In epigenetics, the change of the combination of histone modifications at the same genomic location during cell differentiation is of great interest for understanding the function of these modifications and their combinations. Besides analyzing them locally for individual genomic locations or globally using correlations between different cells types, intermediate level analyses of these changes are of interest. More specifically, the different distributions of these combinations for different cell types, respectively, are compared to gain new insights.
Results and Discussion
We propose a new tool called Masakari that allows segmenting genomes based on lists of ranges having a certain property, e.g., peaks describing histone modifications. It provides a graphical user interface allowing to select all data sets and setting all parameters needed for the segmentation process. Moreover, the graphical user interface provides statistical graphics allowing to assess the quality and suitability of the segmentation and the selected data.
Masakari provides statistics based visualizations and thus fosters insights into the combination of histone modification marks on genome ranges, and the differences of the distribution of these combinations between different cell types.
A major goal in epigenetics is understanding how cells differentiate into different cell types. Besides the increase of individual data sets, the amount of replicated experiments generating a tremendous amount of data is ever increasing. While biologists primarily analyze their data on the highest level using statistical correlations or on the lowest level analyzing nucleotide sequences, determining the fate of histone modifications during cell specification necessitates improved analysis capabilities on one or more intermediate levels. For this type of analysis, it proved to be very useful to use tiled binned scatter plot matrices showing binary relationships or to use tiled binned 3D scatter plots showing ternary relationships. Quarternary or general n-ary relationships are not easily analyzable using visualization techniques like scatter plots, only. Therefore, we augmented existing clustering methods with the tiling and binning idea enabling the analysis of n-ary relationships. Analyzing the changes of histone modifications comparing two cell lines using tiled binned clustering, we found new, unknown relations in the data.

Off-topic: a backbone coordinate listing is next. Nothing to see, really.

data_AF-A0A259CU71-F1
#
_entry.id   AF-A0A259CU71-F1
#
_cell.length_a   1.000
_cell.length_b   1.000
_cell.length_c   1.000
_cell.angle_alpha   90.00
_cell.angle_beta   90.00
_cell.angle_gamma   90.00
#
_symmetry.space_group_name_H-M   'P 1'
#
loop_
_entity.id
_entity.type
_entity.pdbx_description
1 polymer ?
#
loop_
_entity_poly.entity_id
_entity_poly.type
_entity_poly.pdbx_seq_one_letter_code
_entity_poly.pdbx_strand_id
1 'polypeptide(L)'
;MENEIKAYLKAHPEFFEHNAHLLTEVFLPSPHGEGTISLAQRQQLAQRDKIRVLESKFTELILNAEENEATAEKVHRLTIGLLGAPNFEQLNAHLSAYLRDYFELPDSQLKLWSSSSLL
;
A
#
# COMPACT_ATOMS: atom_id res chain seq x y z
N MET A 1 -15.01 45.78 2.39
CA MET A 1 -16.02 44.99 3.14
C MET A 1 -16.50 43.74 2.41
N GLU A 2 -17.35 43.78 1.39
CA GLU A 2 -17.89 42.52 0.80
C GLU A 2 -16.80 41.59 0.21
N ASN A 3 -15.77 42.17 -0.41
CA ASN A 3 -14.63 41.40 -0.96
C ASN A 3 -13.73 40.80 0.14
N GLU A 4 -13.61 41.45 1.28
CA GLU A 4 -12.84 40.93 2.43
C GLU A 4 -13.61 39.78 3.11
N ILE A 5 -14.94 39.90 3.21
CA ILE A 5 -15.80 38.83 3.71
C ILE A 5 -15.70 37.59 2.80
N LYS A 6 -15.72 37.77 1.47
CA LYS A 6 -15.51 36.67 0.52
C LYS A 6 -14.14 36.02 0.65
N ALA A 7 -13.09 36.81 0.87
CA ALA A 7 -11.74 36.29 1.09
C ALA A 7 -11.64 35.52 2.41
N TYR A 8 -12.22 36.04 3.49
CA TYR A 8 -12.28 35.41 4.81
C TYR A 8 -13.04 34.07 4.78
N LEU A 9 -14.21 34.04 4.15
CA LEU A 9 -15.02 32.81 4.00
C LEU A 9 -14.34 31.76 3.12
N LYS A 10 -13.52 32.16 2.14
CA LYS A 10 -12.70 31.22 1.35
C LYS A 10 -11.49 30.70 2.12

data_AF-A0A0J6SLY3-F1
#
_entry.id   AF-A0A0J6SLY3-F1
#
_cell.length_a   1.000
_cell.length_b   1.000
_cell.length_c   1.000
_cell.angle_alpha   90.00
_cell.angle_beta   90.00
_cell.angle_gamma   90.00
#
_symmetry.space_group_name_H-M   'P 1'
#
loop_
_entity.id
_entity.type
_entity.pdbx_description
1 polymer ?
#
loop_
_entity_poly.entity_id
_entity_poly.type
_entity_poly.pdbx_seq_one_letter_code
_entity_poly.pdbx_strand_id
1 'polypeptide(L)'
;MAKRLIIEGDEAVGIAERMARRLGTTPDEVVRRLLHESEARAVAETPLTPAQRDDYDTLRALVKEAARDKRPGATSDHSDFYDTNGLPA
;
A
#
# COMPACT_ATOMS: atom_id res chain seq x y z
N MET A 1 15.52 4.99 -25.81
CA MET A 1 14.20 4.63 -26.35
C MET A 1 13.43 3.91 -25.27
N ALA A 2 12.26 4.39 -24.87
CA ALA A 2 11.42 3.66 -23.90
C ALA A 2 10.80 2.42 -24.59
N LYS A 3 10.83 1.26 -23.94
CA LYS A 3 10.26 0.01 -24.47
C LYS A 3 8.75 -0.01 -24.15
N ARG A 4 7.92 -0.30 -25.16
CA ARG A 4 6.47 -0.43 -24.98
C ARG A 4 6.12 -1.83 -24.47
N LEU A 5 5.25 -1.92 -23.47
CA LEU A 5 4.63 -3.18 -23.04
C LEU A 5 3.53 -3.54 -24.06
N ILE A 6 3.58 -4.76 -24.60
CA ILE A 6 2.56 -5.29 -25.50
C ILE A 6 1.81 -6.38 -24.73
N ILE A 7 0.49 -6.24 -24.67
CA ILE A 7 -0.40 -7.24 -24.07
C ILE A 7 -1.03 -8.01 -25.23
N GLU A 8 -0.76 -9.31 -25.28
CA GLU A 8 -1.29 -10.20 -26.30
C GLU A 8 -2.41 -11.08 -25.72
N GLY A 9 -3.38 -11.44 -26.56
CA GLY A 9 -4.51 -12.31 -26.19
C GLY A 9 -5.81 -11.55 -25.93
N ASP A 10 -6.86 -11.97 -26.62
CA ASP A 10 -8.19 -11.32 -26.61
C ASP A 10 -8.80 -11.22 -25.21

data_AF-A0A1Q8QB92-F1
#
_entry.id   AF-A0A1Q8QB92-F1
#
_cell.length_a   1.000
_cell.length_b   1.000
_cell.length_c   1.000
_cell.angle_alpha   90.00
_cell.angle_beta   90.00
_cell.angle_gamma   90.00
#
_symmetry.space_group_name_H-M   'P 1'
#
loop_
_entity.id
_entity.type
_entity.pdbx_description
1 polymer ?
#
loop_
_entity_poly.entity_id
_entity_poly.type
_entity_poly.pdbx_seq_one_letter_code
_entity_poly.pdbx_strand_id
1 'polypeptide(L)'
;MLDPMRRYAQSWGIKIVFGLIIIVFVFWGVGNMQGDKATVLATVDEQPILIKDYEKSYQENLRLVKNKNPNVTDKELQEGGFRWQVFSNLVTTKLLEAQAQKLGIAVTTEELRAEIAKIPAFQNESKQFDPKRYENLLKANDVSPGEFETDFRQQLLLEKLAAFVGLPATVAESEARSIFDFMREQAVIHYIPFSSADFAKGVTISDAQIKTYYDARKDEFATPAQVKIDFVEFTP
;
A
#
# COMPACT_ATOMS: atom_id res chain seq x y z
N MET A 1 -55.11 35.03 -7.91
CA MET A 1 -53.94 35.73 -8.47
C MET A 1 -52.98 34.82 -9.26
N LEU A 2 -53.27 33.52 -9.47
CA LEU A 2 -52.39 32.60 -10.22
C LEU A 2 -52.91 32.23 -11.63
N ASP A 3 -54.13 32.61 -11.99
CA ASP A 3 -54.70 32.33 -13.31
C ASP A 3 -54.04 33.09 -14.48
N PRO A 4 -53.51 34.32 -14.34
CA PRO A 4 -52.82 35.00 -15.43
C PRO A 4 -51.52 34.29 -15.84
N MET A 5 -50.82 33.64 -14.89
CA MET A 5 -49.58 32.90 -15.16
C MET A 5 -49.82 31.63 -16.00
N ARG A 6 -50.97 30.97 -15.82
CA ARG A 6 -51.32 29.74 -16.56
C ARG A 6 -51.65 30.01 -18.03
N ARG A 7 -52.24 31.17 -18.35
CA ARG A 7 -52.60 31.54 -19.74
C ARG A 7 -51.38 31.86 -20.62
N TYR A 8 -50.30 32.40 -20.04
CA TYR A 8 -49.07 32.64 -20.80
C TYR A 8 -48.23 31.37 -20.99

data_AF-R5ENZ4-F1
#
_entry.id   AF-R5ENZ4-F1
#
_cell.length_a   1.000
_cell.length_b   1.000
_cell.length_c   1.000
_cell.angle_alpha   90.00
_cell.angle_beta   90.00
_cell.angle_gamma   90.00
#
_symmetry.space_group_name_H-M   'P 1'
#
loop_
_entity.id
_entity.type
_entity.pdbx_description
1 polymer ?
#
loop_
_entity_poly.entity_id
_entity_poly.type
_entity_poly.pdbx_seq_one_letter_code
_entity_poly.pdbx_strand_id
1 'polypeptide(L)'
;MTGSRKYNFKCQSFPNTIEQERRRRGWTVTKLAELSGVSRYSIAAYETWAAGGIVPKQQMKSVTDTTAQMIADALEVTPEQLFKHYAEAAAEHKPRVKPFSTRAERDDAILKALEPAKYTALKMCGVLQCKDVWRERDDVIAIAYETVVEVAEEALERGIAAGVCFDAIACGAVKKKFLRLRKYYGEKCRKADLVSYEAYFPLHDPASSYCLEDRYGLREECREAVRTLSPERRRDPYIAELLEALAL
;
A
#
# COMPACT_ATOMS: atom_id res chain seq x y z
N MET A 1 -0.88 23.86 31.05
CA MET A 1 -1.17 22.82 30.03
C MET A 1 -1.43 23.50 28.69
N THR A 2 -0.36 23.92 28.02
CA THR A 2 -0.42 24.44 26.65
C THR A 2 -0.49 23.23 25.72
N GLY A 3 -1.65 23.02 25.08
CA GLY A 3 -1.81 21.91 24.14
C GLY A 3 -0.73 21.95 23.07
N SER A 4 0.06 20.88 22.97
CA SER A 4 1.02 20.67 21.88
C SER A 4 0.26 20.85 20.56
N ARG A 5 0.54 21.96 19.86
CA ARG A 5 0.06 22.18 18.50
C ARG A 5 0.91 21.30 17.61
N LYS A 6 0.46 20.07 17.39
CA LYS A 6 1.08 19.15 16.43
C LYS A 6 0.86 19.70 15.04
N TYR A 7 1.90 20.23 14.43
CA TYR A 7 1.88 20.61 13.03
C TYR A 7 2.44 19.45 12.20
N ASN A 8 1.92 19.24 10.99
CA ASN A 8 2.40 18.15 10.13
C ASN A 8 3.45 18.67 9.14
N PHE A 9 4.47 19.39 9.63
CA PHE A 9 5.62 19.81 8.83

Epigenetics data is very important for understand- ing the differentiation of cells into different cell types. More- over, the amount of epigenetic data available was and still is considerably increasing. To cope with this big amount of data, statistical or visual analysis is used. Usually, biologists analyze epigenetic data using statistical methods like correlations on a high level. However, this does not allow to analyze the fate of histone modifications in detail during cell specification or to compare histone modifications in different cell lines. Tiled binned scatter plot matrices proved to be very useful for this type of analysis showing binary relationships. We adapted the idea of tiling and binning scatter plots from 2D to 3D, such that ternary relationships can be depicted. Comparing tiled binned 3D scatter plots—the new method—to tiled binned 2D scatter plot matrices showed, that many relations that are difficult or impossible to find using tiled binned 2D scatter plot matrices can easily be observed using the new approach. We found that using our approach, changes in the distribution of the marks over time (different cell types) or differences between different replicates of the same cell sample are easy to detect. Tiled binned 3D scatter plots proved superior compared to the previously used method due to the reduced amount of overplotting leading to less interaction necessary for gaining similar insights.